Frequently Asked Questions

I’ve been told that I need to speak with an elder law attorney. What do you do, and what makes you different from other attorneys?

Elder law attorneys handle a wide range of legal matters affecting an older or disabled person, including issues related to health care, long-term care planning, retirement, life care planning, probate and other important matters. Elder law issues are usually more complex as they deal directly with Medicare, Medicaid and Veterans Administration regulations which are frequently changing. Elder law firms use a holistic approach to finding solutions for their clients. We focus on helping the client create a plan for their care needs as well as how they will pay for their care and what government benefits they may be eligible to receive. The plan they formulate is created with the ability to adapt as our client’s needs can change with little or no notice. Elder Law of Middle Tennessee partners with our clients to navigate the health care journey identifying potential needs and pitfalls, educating the client and family about realistic expectations as needs change and advocating for our clients to get the best quality of life.

My mom is being transferred to a nursing home and I’ve been told that Medicare will pay for her care. Is this true?

Yes and no. Medicare only pays for skilled nursing care, which usually follows a three day hospital stay (some Medicare HMOs will waive the three day stay but it depends on what type of Medicare plan you have chosen). Medicare will pay for the first 20 days of skilled care and could pay up to a total of 100 days of care with a co-payment for days 21-100. However, most people do not use the entire skilled care benefit and typical length of stay is around 28 days or less. Medicare will not pay for long-term nursing home care or the intermediate level of care. Intermediate care is also called custodial care and provides services such as dressing, bathing, toileting needs, feeding, etc. Long-term nursing home care is either private (self) pay by the individual or is paid by Medicaid. Medicaid in Tennessee is also called TennCare and the program to pay for long-term care services and supports is called CHOICES.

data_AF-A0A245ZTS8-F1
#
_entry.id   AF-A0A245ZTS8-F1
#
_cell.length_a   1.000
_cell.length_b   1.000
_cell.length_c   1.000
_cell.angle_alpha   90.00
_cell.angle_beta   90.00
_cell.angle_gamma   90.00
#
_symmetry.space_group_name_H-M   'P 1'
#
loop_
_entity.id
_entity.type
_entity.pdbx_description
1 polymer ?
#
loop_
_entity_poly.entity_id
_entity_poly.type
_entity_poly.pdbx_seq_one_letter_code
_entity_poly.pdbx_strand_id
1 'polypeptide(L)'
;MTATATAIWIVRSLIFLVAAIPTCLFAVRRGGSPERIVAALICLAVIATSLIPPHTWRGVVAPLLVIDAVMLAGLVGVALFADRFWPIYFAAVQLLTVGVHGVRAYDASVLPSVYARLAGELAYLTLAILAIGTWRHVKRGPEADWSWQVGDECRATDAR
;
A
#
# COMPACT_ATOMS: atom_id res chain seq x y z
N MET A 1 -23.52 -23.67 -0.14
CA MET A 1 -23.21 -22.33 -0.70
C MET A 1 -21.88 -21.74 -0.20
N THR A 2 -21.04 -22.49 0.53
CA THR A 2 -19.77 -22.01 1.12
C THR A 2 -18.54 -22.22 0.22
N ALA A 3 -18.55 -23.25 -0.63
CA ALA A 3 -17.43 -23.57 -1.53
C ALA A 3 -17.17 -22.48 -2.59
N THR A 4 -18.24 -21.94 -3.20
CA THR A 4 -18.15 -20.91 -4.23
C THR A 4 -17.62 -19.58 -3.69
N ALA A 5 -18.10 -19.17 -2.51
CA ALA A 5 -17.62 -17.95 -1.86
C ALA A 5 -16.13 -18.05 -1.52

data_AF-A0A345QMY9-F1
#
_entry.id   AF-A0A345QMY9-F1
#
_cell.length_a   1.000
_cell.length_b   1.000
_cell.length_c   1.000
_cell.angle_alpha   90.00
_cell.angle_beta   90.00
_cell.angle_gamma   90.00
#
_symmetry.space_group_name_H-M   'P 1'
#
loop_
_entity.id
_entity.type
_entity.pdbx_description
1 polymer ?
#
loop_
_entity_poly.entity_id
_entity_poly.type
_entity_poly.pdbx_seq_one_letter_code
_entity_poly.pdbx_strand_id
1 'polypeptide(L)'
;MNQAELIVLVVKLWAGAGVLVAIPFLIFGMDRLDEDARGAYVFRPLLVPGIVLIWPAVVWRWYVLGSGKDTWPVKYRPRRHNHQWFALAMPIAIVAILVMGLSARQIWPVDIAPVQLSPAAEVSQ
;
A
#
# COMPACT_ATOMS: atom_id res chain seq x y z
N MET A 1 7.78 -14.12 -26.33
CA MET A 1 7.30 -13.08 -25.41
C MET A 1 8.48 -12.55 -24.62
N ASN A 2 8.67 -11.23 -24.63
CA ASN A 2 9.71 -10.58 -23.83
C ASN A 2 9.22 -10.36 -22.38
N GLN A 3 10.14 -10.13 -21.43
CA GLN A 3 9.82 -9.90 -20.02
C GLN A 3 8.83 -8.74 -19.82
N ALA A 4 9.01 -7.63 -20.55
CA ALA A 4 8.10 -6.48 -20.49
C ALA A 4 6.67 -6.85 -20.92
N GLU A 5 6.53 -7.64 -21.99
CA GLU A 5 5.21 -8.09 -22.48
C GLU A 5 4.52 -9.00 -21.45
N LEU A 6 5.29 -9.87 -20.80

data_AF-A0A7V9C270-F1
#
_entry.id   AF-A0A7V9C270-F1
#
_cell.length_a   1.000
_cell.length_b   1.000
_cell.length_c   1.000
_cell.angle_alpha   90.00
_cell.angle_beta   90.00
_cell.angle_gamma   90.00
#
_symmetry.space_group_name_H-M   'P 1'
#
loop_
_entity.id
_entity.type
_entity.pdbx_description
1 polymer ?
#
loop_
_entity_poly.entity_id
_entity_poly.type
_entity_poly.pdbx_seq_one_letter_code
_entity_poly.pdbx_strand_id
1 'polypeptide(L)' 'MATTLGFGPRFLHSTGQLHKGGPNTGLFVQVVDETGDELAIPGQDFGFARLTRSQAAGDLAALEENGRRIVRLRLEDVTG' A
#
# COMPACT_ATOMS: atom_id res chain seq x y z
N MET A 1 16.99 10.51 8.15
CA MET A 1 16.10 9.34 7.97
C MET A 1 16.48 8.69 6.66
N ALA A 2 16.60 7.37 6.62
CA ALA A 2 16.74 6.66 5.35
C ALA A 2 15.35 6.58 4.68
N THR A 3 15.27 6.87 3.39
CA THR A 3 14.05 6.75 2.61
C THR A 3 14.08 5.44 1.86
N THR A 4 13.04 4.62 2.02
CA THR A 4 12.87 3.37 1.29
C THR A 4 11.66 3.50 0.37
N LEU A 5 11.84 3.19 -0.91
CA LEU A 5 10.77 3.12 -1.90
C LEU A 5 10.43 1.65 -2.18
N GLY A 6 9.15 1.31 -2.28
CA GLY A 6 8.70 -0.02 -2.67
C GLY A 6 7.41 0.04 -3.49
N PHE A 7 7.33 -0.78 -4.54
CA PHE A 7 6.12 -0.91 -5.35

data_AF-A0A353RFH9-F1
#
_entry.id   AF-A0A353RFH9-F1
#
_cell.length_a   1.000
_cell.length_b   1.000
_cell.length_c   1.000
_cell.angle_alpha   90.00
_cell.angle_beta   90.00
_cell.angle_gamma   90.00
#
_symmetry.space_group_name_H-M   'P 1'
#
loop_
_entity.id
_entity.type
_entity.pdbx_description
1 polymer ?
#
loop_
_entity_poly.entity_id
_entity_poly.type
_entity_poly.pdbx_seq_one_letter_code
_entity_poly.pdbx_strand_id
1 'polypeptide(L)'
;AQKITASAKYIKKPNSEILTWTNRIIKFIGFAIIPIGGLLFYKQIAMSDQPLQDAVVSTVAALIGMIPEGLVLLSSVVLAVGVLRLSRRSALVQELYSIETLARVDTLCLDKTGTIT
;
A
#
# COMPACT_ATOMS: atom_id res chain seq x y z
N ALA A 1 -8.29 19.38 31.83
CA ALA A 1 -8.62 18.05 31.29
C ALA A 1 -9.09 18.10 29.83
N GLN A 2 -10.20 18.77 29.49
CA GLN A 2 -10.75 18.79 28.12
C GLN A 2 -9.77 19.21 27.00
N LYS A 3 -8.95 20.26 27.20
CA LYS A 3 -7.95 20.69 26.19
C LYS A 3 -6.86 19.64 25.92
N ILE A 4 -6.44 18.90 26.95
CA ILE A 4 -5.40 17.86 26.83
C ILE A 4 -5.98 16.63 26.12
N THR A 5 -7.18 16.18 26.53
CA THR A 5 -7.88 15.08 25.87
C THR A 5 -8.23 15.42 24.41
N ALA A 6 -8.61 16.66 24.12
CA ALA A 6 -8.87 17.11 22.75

My husband is in skilled care and I don’t think he is going to be able to come home. Am I going to lose my home? How will I pay for bills at home? Will the nursing home take all of our money?

The realization that a loved one needs long-term nursing home care is scary and overwhelming. A family may be advised by well intentioned but uninformed friends who advise them to transfer or gift assets to another family member to protect the money in addition to other risky scenarios. For application purposes, your home is an exempt asset, allowing the community spouse or well spouse to continue residing in the home. However, after both members of the couple of have passed away, TennCare can enforce estate recovery, and require the home be sold to reimburse TennCare for the money they have spent on care. TennCare has guidelines that allow the community spouse to retain income, which allows them to pay for bills at home. Because there are so many rules and regulations as to what TennCare does and does now allow, you need to meet with an elder law attorney who can educate you regarding your available options, and help you avoid any pitfalls that could have long-term consequences

I don’t think I can afford an Elder Law Attorney. Are they expensive?

The most expensive mistake is the one made without adequate information. Elder law attorneys provide sound legal and financial guidance to help families with their immediate concerns and to provide support which relieves the stress of the caregiver. Our clients and their families say that the peace of mind we provide them is beyond their expectations. Long-term care is expensive but knowing options to navigate the maze and utilize available options can save you money in the long run.

Why do you charge a consultation fee?

Our consultation appointments are conducted by an attorney, and typically last 1-1/2 hours. We take the time to listen to your concerns and to explain the options available to you. Elder law does not have easy questions, and the answers are even more complicated. At the end of the consultation you have an understanding of the resources and benefits to work on an ongoing basis with our firm. Even if you choose not to retain our services, you still have received the necessary information to make a more informed decision for your loved one.